Not only should you research the cultural practices and requirements of any country you plan to visit, but it's basic manners to learn a couple of words and phrases such as "please" and "thank you" as well as, "where is the nearest pub". Once you know some of the basics it is easier to expand your vocabulary and chatting to locals is something every traveller should do.
12. Plastic bags, so bad yet so good
Plastic bags aren't that good for the environment but if you plan to reuse them instead of toss them, you're doing your part. Pack a couple to use for rubbish, vomit bags or soiled clothing and keep on using them.
If you must, use an environmentally friendly bag that can be laundered instead of a nasty old plastic bag. Not the best vomit bag but it will certainly do for rubbish or soiled clothing. And they make some pretty cool ones these days so they can even serve as a tote bag.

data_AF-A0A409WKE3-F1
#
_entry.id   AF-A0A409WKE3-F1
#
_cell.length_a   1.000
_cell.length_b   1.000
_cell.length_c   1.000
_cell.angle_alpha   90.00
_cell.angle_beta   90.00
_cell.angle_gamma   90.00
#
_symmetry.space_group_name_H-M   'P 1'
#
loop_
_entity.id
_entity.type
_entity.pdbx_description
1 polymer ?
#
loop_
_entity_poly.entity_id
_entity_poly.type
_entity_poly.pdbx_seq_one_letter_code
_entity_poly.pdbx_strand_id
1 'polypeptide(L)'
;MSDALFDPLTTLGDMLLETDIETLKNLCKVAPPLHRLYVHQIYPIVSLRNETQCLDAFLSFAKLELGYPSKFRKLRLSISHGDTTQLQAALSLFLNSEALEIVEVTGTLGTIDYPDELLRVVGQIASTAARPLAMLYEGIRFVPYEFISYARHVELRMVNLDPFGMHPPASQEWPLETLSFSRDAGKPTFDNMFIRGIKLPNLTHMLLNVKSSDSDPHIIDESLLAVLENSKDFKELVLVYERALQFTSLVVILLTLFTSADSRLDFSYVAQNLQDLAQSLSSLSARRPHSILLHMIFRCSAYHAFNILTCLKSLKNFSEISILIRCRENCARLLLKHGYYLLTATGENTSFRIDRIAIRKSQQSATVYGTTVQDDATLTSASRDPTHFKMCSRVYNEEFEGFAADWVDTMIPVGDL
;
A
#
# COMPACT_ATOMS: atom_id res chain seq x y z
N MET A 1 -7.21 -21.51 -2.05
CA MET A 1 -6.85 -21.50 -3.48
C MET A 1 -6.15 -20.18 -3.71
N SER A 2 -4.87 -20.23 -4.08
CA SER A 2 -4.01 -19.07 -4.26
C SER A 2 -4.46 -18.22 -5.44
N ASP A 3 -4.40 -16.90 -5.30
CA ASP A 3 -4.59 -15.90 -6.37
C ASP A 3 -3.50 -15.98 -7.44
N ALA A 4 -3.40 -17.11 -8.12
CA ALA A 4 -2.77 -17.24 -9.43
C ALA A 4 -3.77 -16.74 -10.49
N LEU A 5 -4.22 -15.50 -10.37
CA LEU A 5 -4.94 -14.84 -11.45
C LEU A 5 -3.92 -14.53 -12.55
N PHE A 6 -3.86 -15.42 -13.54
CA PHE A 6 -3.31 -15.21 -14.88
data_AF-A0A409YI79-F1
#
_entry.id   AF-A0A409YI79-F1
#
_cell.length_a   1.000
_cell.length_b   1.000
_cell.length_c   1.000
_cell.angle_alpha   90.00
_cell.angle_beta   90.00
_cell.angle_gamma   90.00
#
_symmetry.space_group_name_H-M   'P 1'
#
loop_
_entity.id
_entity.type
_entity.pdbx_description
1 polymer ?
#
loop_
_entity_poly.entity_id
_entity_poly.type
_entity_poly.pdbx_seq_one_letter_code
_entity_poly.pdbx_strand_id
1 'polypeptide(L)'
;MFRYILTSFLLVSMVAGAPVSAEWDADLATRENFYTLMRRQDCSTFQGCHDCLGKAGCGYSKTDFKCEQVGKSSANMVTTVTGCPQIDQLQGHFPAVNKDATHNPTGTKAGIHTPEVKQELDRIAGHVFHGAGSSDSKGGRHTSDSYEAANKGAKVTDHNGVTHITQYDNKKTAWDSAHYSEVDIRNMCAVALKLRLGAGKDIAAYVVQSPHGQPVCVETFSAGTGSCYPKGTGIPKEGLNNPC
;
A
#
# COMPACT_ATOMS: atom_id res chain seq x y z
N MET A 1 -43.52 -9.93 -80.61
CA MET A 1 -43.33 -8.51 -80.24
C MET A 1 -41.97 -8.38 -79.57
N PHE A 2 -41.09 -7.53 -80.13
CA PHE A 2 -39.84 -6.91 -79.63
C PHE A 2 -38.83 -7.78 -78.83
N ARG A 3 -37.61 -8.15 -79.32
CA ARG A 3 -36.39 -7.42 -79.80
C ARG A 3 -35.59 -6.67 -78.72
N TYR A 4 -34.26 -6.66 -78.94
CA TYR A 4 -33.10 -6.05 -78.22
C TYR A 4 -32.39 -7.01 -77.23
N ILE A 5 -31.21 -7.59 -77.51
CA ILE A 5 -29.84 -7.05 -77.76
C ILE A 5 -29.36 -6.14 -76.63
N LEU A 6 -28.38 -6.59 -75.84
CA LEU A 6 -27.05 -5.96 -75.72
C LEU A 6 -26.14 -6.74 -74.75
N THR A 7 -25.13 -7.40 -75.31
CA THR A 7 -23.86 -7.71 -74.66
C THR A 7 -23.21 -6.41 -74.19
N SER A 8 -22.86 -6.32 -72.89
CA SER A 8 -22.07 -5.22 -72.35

13. Jot everything down
Never discount the importance and usefulness of a notebook and pen. You never know what you'll need to jot down. Your phone may die so you won't be able to tap info into Notes. You may also want to write your phone number down for someone, write down a phrase you just learned or sketch yourself a rough map of your destination.
Or sit by the waterside in the Mediterranean and sketch a boat, or a tree, or whatever it is that people sketch.